Last March Salois submitted a report detailing the deficiencies of the current building, part of the Raymond Public Safety Complex that houses both the Town's fire and police at 1 Scribner Road, near Exit 4 of Route 101.
The deficiency report listed more than a dozen areas of concern. Overall it states there is insufficient square footage for offices for the current staff and no way to expand. Locker rooms are inadequate and there are no interview rooms. The armory is a closet and there is no storage for equipment.
In addition there is no evidence processing area and the ventilation system creates potential contamination issues. The station lacks an impound area and the parking area is inadequate, he said, and the electrical system is inadequate and overtaxed.
Salois cited specific safety issues as well. The station contains no secure cells or detention area and there is no juvenile holding area that meets the state-required separation of sight and sound for juveniles from adults in custody. The lobby is not secured and can accommodate only two people, and the sally port has become a storage area for equipment and large evidence items.
The department today has 24 full-time employees and eight part-time employees, including a Communications Center that dispatches the town's emergency services and that of the Town of Fremont 24 hours a day, seven days a week.
The present facility was built in 1990 when the Police Department staff totaled nine full-time officers, five full-time dispatchers and one support staff.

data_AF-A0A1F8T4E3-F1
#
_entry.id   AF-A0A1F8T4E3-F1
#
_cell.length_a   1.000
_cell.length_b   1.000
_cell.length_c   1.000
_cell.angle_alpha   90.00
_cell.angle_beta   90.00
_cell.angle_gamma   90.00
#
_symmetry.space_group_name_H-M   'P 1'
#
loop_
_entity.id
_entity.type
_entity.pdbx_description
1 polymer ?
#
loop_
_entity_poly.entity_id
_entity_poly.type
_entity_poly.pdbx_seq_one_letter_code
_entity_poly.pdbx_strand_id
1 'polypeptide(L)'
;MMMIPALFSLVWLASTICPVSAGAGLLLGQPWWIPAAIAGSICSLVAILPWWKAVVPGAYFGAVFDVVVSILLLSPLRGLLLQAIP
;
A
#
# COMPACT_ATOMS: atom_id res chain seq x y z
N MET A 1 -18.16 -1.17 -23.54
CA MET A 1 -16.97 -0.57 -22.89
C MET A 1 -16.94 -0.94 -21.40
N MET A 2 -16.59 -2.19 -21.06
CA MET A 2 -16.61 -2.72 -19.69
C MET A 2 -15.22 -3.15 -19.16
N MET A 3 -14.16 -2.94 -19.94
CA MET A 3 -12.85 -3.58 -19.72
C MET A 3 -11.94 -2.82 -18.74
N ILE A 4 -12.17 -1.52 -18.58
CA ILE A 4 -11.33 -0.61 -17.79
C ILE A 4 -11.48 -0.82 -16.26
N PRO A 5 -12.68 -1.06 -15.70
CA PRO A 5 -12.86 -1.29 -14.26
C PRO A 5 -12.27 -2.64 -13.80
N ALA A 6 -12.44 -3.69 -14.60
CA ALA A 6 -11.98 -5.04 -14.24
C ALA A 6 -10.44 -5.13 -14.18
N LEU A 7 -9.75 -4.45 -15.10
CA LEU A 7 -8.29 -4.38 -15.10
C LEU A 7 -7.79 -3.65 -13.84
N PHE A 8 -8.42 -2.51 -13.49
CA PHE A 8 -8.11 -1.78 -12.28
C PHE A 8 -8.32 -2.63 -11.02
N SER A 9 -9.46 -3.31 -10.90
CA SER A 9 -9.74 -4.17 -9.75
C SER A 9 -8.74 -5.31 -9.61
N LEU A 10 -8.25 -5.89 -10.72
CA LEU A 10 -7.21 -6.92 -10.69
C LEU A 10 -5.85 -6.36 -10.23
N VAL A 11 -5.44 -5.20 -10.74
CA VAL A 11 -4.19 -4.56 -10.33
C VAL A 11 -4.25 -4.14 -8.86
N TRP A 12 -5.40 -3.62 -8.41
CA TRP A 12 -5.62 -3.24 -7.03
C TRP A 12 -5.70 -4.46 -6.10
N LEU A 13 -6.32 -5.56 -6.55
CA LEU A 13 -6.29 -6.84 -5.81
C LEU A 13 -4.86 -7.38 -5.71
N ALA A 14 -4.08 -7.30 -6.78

"It is obvious we have outgrown our building," Salois said.
The department sent out a Request for Proposal for a Police Facility Space Needs Assessment, and Salois told the Board of Selectmen on July 25 that he received 10 responses that were whittled down to five individual company presentations, each of which was interviewed over a two-day period the previous week.
A committee composed of Town Manager Craig Wheeler, Selectmen Jonathan Woods and Jack Barnes, Public Works Director Steve Brewer, Dispatch Supervisor William Wyner, Fire Chief Kevin Pratt and Salois reviewed the responses.
Salois sought approval of his committee's recommendation to engage not one but two companies to handle a Police Building Feasibility Assessment and general site evaluation and cost estimates. The spatial needs assessment is an essential part of the comprehensive planning approach to achieving a new police station but there is also the equally essential need to have the development of a comprehensive and complete build and design addressing the space needs, complete with total project cost estimates and schedule, he said.
Salois said the committee recommends the Selectmen approve retaining Harriman Associates, Architectural Services Business of Manchester to conduct the Space Needs Assessment, and Jewett Construction of Raymond to handle the construction build and design cost review.
Salois said Harriman is the best architectural firm for the assessment work, while Jewett Construction is the best in the market for design build and estimating costs.
The cost for the Harriman Space Needs Assessment is $14,900, while Jewett Construction’s costs would be $3,500.
To cover the cost of the two recommended firms, Salois requested approval to withdraw $18,500 from the Police Capital Reserve Dispatch and Vehicle Replacement Fund. He noted that the original estimated cost for this phase of the police station project had been $50,000 and the cost had come in significantly less.
The Board of Selectmen unanimously approved Salois’s recommendation for retaining both Harriman Associates and Jewett Construction and for withdrawing $18,500 from the Capital Reserve Fund to cover the cost.